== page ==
In the course of working on A Restless Art, I’ve met many people from what I think of as the ‘pioneer’ generation – those who, in the 1960s and 1970s, invented community art through a heady mix of inspiration, rebellion, accident and happy contrariness. Some of them I knew before; others I met for the first time. They’ve been unfailingly kind and happy to talk about their experiences. There’s not been much nostalgia, though. Artists, like sharks, need to keep moving to stay alive.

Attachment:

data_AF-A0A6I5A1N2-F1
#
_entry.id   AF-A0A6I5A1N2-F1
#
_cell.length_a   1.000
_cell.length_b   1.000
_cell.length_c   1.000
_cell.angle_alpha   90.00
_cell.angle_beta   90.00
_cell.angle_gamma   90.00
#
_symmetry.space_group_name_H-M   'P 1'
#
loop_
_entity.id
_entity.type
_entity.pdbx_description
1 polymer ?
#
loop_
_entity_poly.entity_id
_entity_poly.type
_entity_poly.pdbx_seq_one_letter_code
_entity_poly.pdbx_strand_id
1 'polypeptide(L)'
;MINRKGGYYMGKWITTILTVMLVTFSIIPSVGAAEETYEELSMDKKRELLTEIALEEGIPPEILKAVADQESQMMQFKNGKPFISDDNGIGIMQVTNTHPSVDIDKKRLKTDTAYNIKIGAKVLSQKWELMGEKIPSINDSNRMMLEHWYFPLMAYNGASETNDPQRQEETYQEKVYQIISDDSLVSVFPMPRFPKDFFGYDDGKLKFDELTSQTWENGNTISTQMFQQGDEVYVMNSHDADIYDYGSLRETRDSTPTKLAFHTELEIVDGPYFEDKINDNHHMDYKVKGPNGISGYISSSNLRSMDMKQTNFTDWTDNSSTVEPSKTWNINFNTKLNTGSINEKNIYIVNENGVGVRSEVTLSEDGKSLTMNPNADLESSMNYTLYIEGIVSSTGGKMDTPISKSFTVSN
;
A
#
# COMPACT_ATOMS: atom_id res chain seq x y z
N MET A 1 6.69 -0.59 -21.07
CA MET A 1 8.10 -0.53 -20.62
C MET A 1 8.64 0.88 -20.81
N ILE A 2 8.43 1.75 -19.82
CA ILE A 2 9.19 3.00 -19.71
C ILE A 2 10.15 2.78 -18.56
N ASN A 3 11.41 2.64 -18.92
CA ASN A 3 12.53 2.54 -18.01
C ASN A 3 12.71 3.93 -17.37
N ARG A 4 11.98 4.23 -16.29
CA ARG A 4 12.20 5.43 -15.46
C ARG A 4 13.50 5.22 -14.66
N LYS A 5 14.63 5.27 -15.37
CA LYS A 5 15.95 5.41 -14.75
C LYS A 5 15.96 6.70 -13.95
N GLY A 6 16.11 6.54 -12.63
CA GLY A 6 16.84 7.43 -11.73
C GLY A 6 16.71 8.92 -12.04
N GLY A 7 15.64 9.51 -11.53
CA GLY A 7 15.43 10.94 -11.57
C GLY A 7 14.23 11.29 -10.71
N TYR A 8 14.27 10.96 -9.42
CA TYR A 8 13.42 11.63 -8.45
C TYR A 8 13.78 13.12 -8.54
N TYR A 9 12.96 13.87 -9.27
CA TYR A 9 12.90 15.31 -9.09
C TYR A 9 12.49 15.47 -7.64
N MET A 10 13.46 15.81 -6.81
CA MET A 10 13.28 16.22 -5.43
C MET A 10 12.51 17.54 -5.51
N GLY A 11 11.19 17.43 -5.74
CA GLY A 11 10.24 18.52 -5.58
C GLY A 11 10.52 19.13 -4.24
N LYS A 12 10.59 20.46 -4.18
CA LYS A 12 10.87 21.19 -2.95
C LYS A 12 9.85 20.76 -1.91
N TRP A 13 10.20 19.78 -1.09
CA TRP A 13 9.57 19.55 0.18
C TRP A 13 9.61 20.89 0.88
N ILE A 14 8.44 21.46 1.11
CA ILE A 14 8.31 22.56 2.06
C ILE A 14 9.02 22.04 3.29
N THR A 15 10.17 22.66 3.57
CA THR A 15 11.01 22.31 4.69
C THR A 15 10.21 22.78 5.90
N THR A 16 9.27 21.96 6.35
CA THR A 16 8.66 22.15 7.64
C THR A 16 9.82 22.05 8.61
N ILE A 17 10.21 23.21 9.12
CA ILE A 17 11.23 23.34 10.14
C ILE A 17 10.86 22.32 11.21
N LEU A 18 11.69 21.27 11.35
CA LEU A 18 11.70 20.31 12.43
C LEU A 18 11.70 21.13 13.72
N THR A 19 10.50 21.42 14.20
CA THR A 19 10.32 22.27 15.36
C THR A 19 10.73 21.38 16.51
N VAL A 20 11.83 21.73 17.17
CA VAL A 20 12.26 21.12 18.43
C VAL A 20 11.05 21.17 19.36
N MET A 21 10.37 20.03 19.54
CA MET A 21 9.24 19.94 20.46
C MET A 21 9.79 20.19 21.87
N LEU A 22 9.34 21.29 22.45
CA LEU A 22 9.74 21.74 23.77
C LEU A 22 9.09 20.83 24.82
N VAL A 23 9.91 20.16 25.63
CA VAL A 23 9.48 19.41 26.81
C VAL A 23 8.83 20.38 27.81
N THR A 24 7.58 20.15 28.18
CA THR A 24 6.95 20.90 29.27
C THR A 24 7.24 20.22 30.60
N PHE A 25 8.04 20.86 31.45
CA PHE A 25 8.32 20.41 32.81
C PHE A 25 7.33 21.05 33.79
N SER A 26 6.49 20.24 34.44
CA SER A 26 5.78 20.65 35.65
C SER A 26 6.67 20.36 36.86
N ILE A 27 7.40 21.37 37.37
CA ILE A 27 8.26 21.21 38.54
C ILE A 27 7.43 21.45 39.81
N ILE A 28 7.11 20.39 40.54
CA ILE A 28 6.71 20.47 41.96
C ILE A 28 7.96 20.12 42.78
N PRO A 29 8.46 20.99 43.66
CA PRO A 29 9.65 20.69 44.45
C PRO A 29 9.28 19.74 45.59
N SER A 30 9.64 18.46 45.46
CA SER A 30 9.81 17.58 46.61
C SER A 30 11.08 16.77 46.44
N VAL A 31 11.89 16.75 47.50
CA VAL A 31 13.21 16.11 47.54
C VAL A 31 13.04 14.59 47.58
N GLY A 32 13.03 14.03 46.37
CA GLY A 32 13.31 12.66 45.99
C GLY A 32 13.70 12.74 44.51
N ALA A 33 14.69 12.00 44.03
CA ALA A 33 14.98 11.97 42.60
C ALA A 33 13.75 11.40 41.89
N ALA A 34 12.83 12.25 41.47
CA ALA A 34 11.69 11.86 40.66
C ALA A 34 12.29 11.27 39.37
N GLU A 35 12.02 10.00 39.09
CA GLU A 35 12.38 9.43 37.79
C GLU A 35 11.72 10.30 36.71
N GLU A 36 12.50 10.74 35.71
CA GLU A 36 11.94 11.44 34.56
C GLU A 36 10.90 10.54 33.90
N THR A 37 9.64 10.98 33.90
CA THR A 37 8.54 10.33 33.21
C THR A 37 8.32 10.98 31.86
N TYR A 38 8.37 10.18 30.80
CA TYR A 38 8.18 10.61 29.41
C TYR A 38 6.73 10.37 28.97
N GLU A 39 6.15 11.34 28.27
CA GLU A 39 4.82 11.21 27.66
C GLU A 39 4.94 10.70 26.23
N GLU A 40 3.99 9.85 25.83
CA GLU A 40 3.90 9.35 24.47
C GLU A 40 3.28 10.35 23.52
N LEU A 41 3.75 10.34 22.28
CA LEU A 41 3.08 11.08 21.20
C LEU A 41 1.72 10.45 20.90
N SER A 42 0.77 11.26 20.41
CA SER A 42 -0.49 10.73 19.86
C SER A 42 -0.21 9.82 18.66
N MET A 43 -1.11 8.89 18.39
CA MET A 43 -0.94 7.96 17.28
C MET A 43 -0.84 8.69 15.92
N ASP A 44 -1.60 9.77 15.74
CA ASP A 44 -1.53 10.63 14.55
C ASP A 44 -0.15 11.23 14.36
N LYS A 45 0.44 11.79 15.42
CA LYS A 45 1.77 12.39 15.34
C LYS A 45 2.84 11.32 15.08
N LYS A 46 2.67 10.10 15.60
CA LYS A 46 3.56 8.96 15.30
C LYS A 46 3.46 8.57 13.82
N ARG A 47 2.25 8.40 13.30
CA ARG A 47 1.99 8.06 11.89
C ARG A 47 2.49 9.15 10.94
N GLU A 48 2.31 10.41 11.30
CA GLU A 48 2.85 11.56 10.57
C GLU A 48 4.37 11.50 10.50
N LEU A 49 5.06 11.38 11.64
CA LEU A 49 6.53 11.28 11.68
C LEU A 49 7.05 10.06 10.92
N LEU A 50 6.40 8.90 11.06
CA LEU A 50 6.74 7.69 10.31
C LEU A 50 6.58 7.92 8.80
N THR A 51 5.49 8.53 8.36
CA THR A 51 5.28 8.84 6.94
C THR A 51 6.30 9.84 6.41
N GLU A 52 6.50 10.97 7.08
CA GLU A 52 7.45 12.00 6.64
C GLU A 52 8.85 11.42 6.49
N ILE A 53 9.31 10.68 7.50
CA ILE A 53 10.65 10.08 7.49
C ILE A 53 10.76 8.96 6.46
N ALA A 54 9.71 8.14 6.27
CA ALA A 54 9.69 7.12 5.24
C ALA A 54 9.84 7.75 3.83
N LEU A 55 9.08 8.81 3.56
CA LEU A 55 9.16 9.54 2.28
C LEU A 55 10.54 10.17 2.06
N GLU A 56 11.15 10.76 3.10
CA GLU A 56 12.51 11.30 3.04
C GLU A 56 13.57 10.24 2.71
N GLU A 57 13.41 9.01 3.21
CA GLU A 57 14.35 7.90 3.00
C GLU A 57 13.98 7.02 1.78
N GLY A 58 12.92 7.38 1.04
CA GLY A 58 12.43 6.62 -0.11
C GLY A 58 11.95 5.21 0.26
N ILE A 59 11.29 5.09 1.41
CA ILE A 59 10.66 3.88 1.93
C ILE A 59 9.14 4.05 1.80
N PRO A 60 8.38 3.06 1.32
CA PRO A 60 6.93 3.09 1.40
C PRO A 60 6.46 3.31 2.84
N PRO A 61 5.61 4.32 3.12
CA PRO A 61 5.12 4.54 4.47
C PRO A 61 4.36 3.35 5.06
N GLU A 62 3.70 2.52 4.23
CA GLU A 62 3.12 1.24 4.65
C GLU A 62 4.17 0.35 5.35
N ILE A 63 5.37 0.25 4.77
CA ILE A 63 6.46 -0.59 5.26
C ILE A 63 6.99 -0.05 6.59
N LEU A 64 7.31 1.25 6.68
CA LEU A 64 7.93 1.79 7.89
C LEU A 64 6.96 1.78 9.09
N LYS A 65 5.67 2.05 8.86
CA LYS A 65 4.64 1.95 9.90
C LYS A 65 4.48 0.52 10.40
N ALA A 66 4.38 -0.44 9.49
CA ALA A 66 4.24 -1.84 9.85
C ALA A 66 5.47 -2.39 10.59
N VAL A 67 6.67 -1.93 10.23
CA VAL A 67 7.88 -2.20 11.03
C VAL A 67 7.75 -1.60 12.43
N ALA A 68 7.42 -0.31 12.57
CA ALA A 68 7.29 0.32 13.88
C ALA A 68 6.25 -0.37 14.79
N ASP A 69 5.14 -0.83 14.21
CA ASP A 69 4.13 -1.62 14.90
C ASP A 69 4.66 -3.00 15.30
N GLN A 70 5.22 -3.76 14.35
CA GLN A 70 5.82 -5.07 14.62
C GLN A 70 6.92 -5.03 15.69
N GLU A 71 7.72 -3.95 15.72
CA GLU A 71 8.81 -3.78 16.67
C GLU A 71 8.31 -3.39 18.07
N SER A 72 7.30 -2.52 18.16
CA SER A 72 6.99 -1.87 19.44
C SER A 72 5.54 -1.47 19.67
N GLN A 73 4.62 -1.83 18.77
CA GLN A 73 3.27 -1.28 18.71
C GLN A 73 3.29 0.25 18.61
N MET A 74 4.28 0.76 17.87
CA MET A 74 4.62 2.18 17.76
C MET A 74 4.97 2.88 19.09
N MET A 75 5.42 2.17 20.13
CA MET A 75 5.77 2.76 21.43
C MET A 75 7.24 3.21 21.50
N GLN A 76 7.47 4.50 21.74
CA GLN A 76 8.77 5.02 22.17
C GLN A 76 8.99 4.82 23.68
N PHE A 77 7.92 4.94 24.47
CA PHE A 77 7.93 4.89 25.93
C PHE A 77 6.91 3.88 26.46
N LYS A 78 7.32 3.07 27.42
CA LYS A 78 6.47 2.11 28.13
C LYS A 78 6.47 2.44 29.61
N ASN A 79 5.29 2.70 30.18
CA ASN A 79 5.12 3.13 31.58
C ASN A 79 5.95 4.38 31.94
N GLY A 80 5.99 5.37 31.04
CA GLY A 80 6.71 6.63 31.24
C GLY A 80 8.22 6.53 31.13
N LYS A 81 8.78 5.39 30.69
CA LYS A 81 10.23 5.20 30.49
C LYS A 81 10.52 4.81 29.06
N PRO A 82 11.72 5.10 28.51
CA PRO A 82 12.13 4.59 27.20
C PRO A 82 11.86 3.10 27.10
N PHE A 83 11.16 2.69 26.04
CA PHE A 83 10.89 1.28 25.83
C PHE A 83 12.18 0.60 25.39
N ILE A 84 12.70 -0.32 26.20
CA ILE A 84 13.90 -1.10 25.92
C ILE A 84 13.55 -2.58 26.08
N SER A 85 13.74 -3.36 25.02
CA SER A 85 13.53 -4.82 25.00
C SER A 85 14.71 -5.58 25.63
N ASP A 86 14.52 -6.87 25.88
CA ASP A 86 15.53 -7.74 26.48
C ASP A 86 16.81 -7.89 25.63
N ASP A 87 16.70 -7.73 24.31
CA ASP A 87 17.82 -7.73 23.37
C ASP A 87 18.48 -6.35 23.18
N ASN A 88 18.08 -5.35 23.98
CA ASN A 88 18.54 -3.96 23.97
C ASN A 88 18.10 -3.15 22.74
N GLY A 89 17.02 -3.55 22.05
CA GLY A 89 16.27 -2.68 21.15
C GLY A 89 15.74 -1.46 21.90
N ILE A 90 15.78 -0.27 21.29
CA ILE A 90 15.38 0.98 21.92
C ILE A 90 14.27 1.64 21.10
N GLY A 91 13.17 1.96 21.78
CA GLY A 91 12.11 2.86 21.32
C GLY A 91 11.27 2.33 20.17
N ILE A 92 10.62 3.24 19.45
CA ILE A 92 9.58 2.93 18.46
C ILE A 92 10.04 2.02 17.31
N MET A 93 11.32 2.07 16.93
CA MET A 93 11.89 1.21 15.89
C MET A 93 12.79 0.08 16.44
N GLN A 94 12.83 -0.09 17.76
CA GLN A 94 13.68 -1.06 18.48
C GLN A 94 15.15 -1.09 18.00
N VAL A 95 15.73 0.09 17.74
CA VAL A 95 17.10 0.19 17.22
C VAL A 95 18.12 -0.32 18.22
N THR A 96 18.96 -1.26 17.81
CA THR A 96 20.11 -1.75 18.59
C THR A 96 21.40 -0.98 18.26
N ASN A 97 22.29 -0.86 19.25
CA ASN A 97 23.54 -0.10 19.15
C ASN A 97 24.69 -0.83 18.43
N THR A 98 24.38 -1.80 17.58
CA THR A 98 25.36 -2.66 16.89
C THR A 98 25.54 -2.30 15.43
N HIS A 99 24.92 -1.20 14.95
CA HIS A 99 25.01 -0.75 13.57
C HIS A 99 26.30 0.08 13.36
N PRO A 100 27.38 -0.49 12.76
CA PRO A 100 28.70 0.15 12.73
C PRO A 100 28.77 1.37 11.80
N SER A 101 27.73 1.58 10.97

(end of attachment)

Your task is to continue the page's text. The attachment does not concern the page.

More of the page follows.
Nigel Leach, a founder of Bath Arts Workshop, called me one afternoon to talk about preserving the project’s archive. We’d never met, but we talked for an hour about mutual friends and shared experiences. Three years on, that idea has blossomed into an exhibition at the Museum of Bath at Work. On Saturday 14 September, the museum is hosting a conference about community art and I’m looking forward to being there and seeing the show. I’m glad that community art is being recognised by museums but it raises interesting questions. I hope that it means the practice can take its place alongside other art movements, but as a living tradition. We need to know where we come from mainly because it can help us think about where we’re trying to go.